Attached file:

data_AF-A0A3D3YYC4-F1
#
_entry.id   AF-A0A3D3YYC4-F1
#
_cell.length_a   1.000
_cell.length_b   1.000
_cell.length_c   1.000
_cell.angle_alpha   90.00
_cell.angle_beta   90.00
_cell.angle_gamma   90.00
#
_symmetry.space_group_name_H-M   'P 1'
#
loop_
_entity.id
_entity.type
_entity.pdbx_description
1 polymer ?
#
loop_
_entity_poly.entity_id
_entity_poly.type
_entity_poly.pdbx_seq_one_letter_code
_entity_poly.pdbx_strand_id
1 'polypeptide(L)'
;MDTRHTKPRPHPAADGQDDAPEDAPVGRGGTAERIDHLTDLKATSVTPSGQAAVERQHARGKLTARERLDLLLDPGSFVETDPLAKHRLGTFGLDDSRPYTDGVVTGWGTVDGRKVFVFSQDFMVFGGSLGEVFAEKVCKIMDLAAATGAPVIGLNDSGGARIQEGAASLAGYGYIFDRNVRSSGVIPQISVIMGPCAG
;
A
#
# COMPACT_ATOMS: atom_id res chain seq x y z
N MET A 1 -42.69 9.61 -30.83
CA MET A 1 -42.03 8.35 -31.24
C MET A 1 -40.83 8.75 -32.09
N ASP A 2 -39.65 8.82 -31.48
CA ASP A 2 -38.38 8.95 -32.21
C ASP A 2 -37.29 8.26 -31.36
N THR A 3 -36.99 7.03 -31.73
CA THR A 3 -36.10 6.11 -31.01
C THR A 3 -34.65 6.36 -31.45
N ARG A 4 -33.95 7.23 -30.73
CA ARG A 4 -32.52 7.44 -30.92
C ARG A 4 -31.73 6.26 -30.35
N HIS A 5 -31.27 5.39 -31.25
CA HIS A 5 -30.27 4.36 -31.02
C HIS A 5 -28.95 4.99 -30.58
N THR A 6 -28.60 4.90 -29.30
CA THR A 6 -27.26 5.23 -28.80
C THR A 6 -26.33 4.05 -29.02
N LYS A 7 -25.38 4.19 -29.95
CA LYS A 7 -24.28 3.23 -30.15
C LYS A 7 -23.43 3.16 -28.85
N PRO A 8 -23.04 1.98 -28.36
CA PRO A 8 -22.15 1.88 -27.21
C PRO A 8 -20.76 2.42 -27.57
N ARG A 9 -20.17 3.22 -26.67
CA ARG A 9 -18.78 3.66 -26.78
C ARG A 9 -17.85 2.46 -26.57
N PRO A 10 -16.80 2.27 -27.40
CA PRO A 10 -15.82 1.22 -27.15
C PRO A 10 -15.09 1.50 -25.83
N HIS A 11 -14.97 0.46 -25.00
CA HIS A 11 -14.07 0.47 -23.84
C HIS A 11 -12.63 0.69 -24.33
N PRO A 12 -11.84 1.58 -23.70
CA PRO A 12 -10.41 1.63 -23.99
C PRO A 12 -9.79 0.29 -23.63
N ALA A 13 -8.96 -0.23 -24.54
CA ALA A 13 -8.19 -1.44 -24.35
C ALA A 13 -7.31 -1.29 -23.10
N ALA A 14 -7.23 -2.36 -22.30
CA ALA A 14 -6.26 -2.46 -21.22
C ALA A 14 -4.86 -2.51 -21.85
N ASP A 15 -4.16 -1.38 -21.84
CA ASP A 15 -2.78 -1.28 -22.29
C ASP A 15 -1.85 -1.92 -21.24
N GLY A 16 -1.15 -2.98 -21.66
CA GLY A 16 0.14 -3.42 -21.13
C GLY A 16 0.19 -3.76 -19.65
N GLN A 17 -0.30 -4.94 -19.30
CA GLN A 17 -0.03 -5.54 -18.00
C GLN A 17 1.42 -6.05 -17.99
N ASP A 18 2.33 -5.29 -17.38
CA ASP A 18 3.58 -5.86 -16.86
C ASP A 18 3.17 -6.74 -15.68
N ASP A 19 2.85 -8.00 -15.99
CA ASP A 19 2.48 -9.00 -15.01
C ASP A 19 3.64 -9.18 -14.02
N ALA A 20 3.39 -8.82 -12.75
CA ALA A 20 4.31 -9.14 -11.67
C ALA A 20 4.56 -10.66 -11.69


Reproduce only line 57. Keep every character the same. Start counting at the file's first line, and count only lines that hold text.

C ARG A 9 -17.85 2.46 -26.57